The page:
Forex trading is inherently risky. And where there is risk, there is also stress because it is natural for humans to feel uneasy when involved in risky behavior. However, levels of stress probably vary a lot between different traders. It is also likely that different types of trading events exert different level of stress on traders.
Getting rid of stress entirely is probably impossible and could be even harmful in trading. It is useful to experience bad emotions when you make a mistake — it helps you to avoid it in the future. The problem with FX trading (and any other financial trading) is that not all stressful events are results of mistakes. A good strategy with a winning rate of 50–60% and an average
In the ideal case, stress helps us to be disciplined and commit less mistakes in trading. In reality, traders may experience lots of needless stress that doesn't help us at all. Some traders — mostly newbies who have just transitioned from demo to live trading — worry almost
Increased volatility in a currency pair you trade, unexpected fundamental or political news announcements, slippage and widened spreads, brokerage platform outages,
Lots of traders feel stressed when losing a trade that was sized to be much larger than their trading plan dictated. Usually, it is a good sort of stress. It reminds them that they should always follow their position sizing guidelines and rely on prudent risk management.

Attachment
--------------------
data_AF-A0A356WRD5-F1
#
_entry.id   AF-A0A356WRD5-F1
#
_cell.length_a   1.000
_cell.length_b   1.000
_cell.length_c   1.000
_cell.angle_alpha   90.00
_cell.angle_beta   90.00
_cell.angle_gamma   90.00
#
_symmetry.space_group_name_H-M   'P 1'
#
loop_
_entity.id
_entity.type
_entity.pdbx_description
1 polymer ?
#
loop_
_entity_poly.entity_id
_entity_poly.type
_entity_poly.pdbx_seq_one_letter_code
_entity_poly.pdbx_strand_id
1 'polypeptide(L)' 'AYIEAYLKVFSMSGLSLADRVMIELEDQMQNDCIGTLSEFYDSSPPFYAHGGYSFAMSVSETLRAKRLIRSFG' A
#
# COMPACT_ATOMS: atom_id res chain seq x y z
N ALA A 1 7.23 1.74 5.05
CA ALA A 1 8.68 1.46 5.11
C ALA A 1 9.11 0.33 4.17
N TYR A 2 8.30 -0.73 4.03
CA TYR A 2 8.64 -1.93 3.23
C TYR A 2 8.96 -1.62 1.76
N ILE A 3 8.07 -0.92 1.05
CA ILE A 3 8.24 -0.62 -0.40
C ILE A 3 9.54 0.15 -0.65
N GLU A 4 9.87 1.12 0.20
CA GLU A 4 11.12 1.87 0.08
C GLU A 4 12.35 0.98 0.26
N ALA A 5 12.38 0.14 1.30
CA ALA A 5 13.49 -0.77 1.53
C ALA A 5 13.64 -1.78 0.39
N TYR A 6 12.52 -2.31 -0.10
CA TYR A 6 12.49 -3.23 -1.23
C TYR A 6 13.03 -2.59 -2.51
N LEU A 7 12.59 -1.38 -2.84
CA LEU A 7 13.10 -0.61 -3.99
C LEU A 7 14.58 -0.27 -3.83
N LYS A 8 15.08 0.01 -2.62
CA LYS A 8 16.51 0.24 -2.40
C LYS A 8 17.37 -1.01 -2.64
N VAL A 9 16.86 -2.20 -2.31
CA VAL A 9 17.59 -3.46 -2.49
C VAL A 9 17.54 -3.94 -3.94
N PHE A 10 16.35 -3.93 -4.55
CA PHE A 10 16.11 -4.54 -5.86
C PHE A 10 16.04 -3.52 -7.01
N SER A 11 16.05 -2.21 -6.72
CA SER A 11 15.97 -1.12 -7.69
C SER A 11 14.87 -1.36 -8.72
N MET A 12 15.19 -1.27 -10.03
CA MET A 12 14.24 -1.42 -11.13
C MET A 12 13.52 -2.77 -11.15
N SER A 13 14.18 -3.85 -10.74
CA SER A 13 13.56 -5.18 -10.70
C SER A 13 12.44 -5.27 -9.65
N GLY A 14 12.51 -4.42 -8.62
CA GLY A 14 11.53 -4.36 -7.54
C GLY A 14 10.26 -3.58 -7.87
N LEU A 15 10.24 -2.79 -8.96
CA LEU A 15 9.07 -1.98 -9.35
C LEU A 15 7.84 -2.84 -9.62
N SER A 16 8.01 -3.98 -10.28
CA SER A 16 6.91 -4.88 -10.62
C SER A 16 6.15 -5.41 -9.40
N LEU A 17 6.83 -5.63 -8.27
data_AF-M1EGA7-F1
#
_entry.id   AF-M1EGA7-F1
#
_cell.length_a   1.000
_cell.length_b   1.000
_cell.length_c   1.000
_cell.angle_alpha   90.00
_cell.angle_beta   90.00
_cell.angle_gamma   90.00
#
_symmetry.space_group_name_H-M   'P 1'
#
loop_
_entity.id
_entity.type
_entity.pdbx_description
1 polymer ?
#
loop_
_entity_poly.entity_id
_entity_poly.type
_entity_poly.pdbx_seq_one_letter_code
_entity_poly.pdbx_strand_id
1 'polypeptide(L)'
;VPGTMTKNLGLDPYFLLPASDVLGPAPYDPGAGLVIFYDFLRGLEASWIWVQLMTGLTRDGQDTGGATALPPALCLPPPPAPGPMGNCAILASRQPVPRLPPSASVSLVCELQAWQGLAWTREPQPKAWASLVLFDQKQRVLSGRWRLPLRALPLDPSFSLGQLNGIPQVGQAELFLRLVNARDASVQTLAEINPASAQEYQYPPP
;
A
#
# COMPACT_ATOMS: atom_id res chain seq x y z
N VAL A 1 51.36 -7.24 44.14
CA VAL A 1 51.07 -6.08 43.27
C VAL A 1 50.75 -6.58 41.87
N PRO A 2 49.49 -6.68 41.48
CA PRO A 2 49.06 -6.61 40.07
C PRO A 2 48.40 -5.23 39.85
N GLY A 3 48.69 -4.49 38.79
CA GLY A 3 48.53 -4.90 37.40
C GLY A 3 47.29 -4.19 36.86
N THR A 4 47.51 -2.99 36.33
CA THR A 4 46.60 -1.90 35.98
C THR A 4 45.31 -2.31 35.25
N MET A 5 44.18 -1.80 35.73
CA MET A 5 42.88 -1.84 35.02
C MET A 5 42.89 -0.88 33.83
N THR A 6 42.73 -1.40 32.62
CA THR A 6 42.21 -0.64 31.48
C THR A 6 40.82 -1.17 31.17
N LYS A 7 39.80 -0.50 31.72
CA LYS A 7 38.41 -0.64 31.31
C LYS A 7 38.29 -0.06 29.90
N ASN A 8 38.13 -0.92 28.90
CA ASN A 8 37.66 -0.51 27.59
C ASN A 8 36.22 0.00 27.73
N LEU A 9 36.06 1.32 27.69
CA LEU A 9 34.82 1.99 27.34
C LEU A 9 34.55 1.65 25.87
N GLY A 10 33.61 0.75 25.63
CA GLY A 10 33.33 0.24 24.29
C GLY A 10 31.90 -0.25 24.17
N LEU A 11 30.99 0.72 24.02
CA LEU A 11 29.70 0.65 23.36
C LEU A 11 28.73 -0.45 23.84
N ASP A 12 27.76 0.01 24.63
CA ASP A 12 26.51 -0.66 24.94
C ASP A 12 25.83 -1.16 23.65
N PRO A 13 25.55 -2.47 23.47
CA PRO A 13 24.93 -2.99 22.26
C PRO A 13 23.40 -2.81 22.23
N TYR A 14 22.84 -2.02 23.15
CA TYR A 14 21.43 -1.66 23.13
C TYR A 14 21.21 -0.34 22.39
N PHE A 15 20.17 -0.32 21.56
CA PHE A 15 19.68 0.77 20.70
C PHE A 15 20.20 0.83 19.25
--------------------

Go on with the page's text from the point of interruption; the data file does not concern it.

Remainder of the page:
Sooner or later, every FX trader gets struck with an unexpectedly big loss or a line of such losses. Sometimes, it is just the matter of time and trader's reaction to the resulting emotional and economical drawdown.
The first thing to do is to get rid of the bad emotions. There are many ways to loosen your mind and to stop thinking about the incurred loss. Getting an emotional discharge through alcohol (do not mix it with trading!), sports, computer games, mediation, or prayer is a common method employed by thousands of traders — both professional and
Often, especially if the trader failed to channel their negative emotions through something other than the market, there is an attempt to get a revenge on it. Revenge trading is a futile and often perilous endeavor, which is akin to overtrading and leads to even more disastrous results.
Taking a break from trading — short or long — might prove to be a great remedy in and of itself. It will help you to stay away from the revenge trading and will also heal your emotional wounds caused by a recent streak of losses. A good idea may be to increase the time spent on learning, reading books and doing all sorts of market analysis. Though, there should be some bounds to it too.
Switching strategy (to a new one) may also be a good idea, but only if you are sure that the resulting loss was a direct consequence of employing your current strategy, and that the same or worse may repeat in the future. In a milder case, switching to a smaller position size would probably be a more prudent solution.
Losing everything is not the end of the trading way for some traders, especially so for gamblers. They will just go to a bank and get a loan to cover their losses and probably make some new. Needless to say, trading on borrowed funds is a thing that should be avoided unless you really know what you are doing. But if you knew, how did you end up with such a huge loss in the first place?
Going off the market for some time is probably the most logical step when coping with a large loss. If the losses seem systematic, changing a trading strategy or some specific parts of it might be due.
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What exactly is causing stress in Forex trading? What is the most stressful part for you? How do you cope with it? What do you do when losses exceed your most scary expectations? Discuss this on our community forum!
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